The Price of Freedom

Margraten World War II Netherlands American Ce...
Margraten Cemetery

Men and women.  That’s the price of freedom.

Living and dead.  Yes, yes, “…in the long run we all are dead” (Keynes).  The price of freedom is that a lot of people don’t get a chance at the long run.  They die too soon, too young, on a distant, unfamiliar battlefield somewhere.

I was visiting the Netherlands American Cemetery and Memorial in the Dutch village of Margraten in May 2010 as part of the 104th Infantry Division Timberwolves WWII tour.  I was looking at the Tablets of the Missing with its 1,722 names.  (8,302 ‘found’ WWII Americans rest in peace at the cemetery.)  Two elderly ladies, possibly Dutch, definitely of the age to be WWII ‘veterans’, approached me and commented to the effect that “…all these men should have had full lives, maybe with wives and children”.  Instead they paid the price of freedom.

I’ve attended several reunions of the National Timberwolves Association, including the 65th and final official reunion Labor Day Weekend 2010.  I went to those and traveled on the European Tour because my lady’s father is a living veteran of the 104th.  This Labor Day 2011 we attended the first national reunion of the National Timberwolves Pups Association.  The ‘children’ of the vets (many 65-ish like myself), their families, and interested friends have chosen to continue to meet and honor the sacrifices of the WWII soldiers.  Many vets attended the Pups reunion last weekend, but their numbers are dwindling rapidly by the attrition of age and infirmity.  Years hence as the reunions continue there will be more grand-pups attending and eventually no surviving WWII vets.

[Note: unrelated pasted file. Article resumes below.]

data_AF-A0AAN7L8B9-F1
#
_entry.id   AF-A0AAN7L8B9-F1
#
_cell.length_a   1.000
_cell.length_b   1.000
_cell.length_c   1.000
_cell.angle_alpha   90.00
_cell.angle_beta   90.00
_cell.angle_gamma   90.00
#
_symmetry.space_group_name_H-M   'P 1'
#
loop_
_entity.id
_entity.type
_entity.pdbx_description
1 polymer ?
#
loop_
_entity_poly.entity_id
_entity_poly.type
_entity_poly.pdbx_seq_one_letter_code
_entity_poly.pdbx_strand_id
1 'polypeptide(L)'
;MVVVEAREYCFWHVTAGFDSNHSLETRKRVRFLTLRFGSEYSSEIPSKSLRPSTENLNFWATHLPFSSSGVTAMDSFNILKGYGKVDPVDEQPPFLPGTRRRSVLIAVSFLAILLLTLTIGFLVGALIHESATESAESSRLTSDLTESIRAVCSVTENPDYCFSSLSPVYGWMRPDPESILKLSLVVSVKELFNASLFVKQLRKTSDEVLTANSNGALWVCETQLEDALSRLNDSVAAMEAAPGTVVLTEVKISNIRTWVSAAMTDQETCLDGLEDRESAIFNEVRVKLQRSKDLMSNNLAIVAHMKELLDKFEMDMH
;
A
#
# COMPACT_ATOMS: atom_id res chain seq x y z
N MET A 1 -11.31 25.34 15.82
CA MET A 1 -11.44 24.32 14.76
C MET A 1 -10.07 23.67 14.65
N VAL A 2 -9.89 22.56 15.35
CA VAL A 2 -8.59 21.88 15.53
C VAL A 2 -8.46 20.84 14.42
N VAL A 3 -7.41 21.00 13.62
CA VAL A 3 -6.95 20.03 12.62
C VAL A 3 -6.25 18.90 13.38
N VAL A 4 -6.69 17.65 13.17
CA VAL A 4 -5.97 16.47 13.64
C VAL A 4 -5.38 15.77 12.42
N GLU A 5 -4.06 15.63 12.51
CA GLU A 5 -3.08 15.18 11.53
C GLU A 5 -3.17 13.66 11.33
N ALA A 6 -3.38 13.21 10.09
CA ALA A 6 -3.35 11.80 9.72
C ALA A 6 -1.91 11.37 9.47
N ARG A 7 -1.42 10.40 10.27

SSI of the 104th Infantry Division
Timberwolves patch

I’ve pondered the purpose of continuing WWII reunions.  Are we trying to re-live that war?  I don’t think so.  WWII is possibly the last war in which we Americans had a clear, common purpose.  Korea, Vietnam, Iraq I & II, Afghanistan.  (Does Bosnia count?) Vague purposes and vague successes.  But we are still spending the currency of precious young lives for the price of freedom.  WWII is at least a better symbol of sacrifice.

At this Labor Day reunion we had a reminder of the value of freedom from Sara Moses, Holocaust Survivor.  Two things she said stuck in my mind:

“All that is necessary for the triumph of evil is for good people to do nothing.” -quoting Edmund Burke.

“…evil-doers exist because people remain silent and do nothing…” -her words.

I fear we are losing our freedom more rapidly here at home than in wars overseas.  The cost in lives is less here.  We still send them away to do that.  We must never forget what freedom is really like, and what it costs.  We must not remain silent and must not do nothing.  For these reasons we must, among other things, continue to honor the WWII veterans, and the price they paid, for generations to come.

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